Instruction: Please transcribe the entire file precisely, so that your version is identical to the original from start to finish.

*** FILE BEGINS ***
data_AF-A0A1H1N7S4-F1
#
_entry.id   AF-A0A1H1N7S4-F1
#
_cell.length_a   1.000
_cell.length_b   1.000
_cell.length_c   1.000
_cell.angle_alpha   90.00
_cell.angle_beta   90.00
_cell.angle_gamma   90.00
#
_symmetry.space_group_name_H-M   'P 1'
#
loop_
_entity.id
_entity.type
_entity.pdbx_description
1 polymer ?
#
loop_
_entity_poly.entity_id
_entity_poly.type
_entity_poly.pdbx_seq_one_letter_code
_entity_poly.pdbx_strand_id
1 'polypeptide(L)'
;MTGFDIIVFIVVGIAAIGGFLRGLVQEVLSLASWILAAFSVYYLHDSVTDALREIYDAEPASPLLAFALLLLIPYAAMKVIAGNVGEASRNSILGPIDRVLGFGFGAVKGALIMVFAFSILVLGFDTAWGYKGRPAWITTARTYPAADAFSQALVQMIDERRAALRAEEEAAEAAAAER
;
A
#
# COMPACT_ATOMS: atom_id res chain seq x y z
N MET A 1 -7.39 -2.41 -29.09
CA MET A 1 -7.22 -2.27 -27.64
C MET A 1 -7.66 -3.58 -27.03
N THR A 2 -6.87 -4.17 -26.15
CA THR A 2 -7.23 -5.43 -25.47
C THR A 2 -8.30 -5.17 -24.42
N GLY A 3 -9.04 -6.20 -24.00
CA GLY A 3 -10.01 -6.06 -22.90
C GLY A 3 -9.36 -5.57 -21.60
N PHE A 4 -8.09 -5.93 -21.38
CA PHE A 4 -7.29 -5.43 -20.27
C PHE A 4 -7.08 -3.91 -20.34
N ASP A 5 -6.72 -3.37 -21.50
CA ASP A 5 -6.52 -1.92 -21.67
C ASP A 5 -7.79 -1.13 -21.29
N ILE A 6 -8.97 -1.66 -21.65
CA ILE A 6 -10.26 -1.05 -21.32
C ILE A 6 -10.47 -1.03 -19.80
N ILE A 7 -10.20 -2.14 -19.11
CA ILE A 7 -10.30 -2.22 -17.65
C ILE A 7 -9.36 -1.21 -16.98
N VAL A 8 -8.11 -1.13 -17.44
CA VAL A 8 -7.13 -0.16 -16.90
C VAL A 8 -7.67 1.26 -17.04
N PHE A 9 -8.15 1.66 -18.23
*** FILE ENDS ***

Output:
data_AF-A0A1H1N7S4-F1
#
_entry.id   AF-A0A1H1N7S4-F1
#
_cell.length_a   1.000
_cell.length_b   1.000
_cell.length_c   1.000
_cell.angle_alpha   90.00
_cell.angle_beta   90.00
_cell.angle_gamma   90.00
#
_symmetry.space_group_name_H-M   'P 1'
#
loop_
_entity.id
_entity.type
_entity.pdbx_description
1 polymer ?
#
loop_
_entity_poly.entity_id
_entity_poly.type
_entity_poly.pdbx_seq_one_letter_code
_entity_poly.pdbx_strand_id
1 'polypeptide(L)'
;MTGFDIIVFIVVGIAAIGGFLRGLVQEVLSLASWILAAFSVYYLHDSVTDALREIYDAEPASPLLAFALLLLIPYAAMKVIAGNVGEASRNSILGPIDRVLGFGFGAVKGALIMVFAFSILVLGFDTAWGYKGRPAWITTARTYPAADAFSQALVQMIDERRAALRAEEEAAEAAAAER
;
A
#
# COMPACT_ATOMS: atom_id res chain seq x y z
N MET A 1 -7.39 -2.41 -29.09
CA MET A 1 -7.22 -2.27 -27.64
C MET A 1 -7.66 -3.58 -27.03
N THR A 2 -6.87 -4.17 -26.15
CA THR A 2 -7.23 -5.43 -25.47
C THR A 2 -8.30 -5.17 -24.42
N GLY A 3 -9.04 -6.20 -24.00
CA GLY A 3 -10.01 -6.06 -22.90
C GLY A 3 -9.36 -5.57 -21.60
N PHE A 4 -8.09 -5.93 -21.38
CA PHE A 4 -7.29 -5.43 -20.27
C PHE A 4 -7.08 -3.91 -20.34
N ASP A 5 -6.72 -3.37 -21.50
CA ASP A 5 -6.52 -1.92 -21.67
C ASP A 5 -7.79 -1.13 -21.29
N ILE A 6 -8.97 -1.66 -21.65
CA ILE A 6 -10.26 -1.05 -21.32
C ILE A 6 -10.47 -1.03 -19.80
N ILE A 7 -10.20 -2.14 -19.11
CA ILE A 7 -10.30 -2.22 -17.65
C ILE A 7 -9.36 -1.21 -16.98
N VAL A 8 -8.11 -1.13 -17.44
CA VAL A 8 -7.13 -0.16 -16.90
C VAL A 8 -7.67 1.26 -17.04
N PHE A 9 -8.15 1.66 -18.23